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NSW floods and wet weather: towns along Hunter River ordered to evacuate

·3 min read
<span>Photograph: Dan Himbrechts/EPA</span>
Photograph: Dan Himbrechts/EPA

An evacuation order has been issued for towns along the Hunter River in New South Wales after emergency services rescued 12 people overnight, and 120 since the wild weather began.

Heavy rain has lashed most of NSW for nearly a week, causing flooding and threatening power and water services.

State Emergency Services had already rescued 30 people since Friday, among more than 745 requests for help, with SES commissioner Carlene York telling reporters the weather event is expected to continue.

“The weather event that we’re experiencing at the moment is quite a significant event across the whole of New South Wales,” she said.

Related: NSW floods: Sydney’s Warragamba Dam spills as warnings issued in Upper Hunter

“It is expected that the rain will continue it might ease at the beginning of the week but there’s another front coming closely behind that. So, at the moment, the circumstances are that all our dams are full and some are on alert, and are going up to capacity.”

York also urged residents to follow the orders issued by emergency services, after some of the rescues overnight came from people driving through flood waters.

“Some of those flood rescues over the whole event have been people driving into flood waters. It is dangerous, you can’t assess the depth of the water.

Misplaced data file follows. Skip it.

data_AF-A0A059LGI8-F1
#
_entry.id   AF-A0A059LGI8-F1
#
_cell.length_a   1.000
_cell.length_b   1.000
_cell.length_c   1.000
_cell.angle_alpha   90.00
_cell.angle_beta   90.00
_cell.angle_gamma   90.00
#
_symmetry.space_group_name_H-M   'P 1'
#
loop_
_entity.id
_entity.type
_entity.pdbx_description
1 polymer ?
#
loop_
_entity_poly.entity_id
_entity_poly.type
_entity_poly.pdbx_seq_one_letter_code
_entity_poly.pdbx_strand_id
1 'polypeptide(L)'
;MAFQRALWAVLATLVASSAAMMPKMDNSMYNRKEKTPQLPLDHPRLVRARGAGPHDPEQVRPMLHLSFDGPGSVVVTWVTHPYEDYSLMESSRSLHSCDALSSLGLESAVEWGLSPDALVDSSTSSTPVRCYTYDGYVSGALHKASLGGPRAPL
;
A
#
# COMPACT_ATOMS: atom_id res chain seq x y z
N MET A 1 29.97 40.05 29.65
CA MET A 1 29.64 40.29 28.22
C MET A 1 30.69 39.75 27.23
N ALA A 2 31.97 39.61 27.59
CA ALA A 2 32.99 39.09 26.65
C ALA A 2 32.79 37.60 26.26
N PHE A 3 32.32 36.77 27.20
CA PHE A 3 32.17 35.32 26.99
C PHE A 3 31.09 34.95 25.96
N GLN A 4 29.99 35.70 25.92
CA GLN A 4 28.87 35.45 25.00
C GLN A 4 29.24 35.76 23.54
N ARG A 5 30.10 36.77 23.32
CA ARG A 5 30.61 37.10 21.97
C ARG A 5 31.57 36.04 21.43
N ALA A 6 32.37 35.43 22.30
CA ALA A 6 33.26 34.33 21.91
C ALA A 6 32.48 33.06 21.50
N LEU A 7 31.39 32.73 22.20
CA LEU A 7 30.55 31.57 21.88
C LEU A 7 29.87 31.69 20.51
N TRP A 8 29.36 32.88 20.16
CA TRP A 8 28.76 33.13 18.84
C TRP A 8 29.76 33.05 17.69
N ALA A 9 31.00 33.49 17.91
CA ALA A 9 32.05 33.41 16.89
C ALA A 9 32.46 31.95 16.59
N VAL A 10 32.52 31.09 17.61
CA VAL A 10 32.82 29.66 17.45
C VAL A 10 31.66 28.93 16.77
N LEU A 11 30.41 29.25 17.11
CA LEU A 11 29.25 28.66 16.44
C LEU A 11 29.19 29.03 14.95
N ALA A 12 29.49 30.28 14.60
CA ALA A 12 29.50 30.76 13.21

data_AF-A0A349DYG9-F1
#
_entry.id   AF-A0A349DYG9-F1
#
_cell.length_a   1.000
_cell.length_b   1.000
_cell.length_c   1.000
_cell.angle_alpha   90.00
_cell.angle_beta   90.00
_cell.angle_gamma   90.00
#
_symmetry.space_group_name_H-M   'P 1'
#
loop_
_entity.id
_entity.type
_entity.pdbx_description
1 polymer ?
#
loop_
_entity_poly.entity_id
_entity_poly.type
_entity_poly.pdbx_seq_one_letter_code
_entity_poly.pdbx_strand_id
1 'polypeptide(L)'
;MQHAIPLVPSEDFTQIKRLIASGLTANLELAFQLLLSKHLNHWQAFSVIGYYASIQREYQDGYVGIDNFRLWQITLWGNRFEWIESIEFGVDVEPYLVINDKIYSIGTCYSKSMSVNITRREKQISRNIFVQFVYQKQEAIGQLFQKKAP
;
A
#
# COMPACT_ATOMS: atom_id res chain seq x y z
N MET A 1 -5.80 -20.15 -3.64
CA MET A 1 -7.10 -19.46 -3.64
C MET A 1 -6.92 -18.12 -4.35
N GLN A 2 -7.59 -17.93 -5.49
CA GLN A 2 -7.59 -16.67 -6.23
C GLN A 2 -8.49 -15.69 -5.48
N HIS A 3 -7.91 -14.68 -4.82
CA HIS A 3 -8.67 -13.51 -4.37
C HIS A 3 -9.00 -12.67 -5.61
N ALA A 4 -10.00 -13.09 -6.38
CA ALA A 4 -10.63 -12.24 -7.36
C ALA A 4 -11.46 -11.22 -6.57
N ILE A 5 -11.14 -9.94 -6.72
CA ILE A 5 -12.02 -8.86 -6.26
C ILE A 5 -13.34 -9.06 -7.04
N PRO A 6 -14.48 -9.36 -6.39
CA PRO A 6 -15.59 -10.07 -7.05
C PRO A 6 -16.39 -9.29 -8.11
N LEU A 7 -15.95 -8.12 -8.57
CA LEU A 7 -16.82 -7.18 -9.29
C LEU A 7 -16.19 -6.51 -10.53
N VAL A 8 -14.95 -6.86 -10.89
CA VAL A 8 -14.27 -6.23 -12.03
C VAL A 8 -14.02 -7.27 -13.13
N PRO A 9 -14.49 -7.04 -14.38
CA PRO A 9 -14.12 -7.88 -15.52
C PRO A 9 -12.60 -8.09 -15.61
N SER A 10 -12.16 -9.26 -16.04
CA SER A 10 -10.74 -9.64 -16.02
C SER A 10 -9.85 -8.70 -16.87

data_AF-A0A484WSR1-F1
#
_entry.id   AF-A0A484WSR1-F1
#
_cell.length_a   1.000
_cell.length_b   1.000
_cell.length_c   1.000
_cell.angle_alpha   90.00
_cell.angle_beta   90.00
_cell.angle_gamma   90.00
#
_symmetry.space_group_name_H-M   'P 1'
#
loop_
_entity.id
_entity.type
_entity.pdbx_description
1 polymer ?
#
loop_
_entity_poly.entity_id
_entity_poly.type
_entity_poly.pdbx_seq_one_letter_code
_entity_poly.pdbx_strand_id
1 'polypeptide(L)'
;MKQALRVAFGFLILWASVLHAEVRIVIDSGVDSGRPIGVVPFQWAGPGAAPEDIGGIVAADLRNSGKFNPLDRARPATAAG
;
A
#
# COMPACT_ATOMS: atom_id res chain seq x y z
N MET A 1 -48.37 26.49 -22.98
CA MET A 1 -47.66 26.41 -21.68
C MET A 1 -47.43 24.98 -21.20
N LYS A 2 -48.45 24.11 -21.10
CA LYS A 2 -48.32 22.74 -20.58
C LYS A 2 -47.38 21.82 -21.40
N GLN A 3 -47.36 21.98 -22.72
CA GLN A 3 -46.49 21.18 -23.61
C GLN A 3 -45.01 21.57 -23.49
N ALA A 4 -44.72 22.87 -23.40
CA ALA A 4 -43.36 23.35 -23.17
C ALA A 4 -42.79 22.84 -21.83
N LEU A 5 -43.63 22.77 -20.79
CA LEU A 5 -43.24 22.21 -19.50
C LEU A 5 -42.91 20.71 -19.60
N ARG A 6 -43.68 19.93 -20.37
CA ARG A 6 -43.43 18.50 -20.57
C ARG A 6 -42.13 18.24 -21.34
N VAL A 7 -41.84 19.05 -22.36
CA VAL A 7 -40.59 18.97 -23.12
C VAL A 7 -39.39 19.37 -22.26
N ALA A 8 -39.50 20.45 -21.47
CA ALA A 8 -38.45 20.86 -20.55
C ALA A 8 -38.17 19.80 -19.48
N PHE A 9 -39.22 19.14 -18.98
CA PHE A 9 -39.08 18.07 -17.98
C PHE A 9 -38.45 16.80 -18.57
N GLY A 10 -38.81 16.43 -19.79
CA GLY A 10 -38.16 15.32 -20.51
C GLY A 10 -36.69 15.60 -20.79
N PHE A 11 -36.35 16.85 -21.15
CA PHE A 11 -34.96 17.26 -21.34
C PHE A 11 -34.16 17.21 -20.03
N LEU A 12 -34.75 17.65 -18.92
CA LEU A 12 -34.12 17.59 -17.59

“We’ve also had a number of people that have driven out and become isolated between flood waters where we’ve had to go and get those people.”

The evacuation order covers about 2,000 people in Whittingham, Scotts Flat, Glenridding, Dunolly and Combo, after the Hunter River rose to 12.71 metres at Singleton causing moderate flooding.

The SES said it was pushing people to get to safer areas, with fears that the waters will cut off road access.

“Once flood water begins inundating the area road access water, sewerage, power, phones and internet may be lost,” the SES said in the evacuation order. “If you remain in the area you will be trapped and it may be too dangerous for SES to rescue you.”

The Bureau of Meteorology forecasts that the Hunter will also rise at Maitland to about 8.40 metres on Monday.

Major flood warnings were issued for the Lachlan River at Jemalong and the Namoi at Narrabri and Wee Waa for Saturday evening, with fears the flooding could cut residents off for more than a week.

The bureau is also watching Coonamble, where major flooding is possible along the Castlereagh River, which has “risen significantly” on Sunday morning. It is expected to exceed moderate flood levels around midday Sunday, and could reach major flood level by evening.

Major flooding is also likely at Warren on Monday, with the Macquarie River expected exceed moderate flood levels and peak at nearly 9 metres by Tuesday.

The Bureau said some of these regions were hit with more than 100mm of rain on Friday.

Sydney’s Warragamba Dam began spilling shortly after 9pm on Friday.

WaterNSW said the outflow volume could peak at a rate of about 60-80 gigalitres a day, just a fraction of levels in March that peaked at 500 gigalitres a day.

“On current projections the spill could continue for up to a week,” WaterNSW saidon Saturday, adding that “downstream impacts are likely”.

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